Former Vice President Joe Biden has unveiled his plan to combat climate change, promising to go "well beyond" the Obama administration.
Biden's proposal unveiled on Tuesday calls for the United States to achieve net-zero emissions and a 100 percent clean energy economy "no later than 2050." The Green New Deal, which Biden praises in his announcement as a "crucial framework," calls for net-zero emissions by 2030, Bloomberg notes. Biden will urge Congress to pass a law that "establishes an enforcement mechanism that includes milestone targets" within his first year in office.
The proposal calls for a $1.7 trillion federal investment in clean energy and environmental justice over 10 years, which the campaign says would be paid for through tax code changes, such as reversing President Trump's tax cuts for corporations. It also calls for additional investments from the private sector and from state and local governments to bring the total to more than $5 trillion.
Biden additionally says that after rejoining the Paris climate accord, he will push to "dramatically accelerate our worldwide effort" to combat climate change.
The former vice president's announcement specifically says he will go "well beyond" the Obama administration's platform and sign a series of executive orders on his first day. The Associated Press notes that Biden's plan is similar to the one proposed by former Rep. Beto O'Rourke, while its call for a $1.7 trillion federal investment is not as ambitious as Washington Gov. Jay Inslee's proposal for $3 trillion in federal spending over 10 years.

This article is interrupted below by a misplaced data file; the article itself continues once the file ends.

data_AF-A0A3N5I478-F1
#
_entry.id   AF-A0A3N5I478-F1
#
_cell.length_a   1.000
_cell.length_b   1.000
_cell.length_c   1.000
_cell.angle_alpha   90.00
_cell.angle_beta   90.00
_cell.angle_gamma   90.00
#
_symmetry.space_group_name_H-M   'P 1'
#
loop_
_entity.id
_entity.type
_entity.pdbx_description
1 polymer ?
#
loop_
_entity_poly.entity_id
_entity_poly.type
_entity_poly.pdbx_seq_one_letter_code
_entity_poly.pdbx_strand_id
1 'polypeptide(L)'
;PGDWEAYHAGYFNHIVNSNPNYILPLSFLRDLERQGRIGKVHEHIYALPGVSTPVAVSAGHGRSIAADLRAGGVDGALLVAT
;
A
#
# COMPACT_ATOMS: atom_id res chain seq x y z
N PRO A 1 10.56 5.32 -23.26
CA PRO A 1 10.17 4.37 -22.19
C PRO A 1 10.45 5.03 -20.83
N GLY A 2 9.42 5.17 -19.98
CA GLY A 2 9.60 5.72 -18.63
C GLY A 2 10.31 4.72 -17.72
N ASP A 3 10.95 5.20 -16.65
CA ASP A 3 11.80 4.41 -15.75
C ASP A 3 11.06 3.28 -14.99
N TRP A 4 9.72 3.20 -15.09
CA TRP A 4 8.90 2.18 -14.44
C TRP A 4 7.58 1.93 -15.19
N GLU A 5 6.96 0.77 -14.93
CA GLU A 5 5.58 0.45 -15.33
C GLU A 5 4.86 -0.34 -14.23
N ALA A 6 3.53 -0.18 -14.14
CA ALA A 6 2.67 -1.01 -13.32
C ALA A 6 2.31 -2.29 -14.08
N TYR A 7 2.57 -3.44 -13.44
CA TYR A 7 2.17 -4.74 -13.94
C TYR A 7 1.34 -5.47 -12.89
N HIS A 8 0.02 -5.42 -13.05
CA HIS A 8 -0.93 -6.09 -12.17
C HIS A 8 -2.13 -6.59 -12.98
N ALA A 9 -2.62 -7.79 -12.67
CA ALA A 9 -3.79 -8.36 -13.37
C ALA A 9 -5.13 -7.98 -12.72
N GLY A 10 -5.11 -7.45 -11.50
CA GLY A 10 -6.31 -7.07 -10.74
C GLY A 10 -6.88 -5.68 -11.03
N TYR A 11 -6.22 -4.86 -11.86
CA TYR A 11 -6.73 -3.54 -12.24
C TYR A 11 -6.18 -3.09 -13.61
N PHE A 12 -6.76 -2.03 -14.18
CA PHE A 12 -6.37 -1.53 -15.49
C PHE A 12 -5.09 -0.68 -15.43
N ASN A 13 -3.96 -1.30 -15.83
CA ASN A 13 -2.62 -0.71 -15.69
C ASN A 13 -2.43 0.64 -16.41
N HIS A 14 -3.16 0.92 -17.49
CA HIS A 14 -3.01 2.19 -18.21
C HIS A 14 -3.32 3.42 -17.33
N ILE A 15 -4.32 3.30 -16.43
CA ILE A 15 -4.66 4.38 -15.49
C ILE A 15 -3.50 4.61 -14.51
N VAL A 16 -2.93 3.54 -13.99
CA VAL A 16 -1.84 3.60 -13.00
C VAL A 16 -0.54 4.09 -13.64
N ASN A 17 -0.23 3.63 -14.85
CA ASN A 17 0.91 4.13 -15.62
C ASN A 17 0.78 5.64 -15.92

Prior to this announcement, Biden had received criticism from Democrats following a report that he would aim for "middle ground" in his plan, which the campaign denied. The Washington Post notes that Biden's plan "leaves unsaid what exactly his enforcement mechanism would look like," while Bloomberg writes that seeing as the proposal's timeline for cutting emissions is not as ambitious as the Green New Deal, it's "unlikely to mute all of his critics."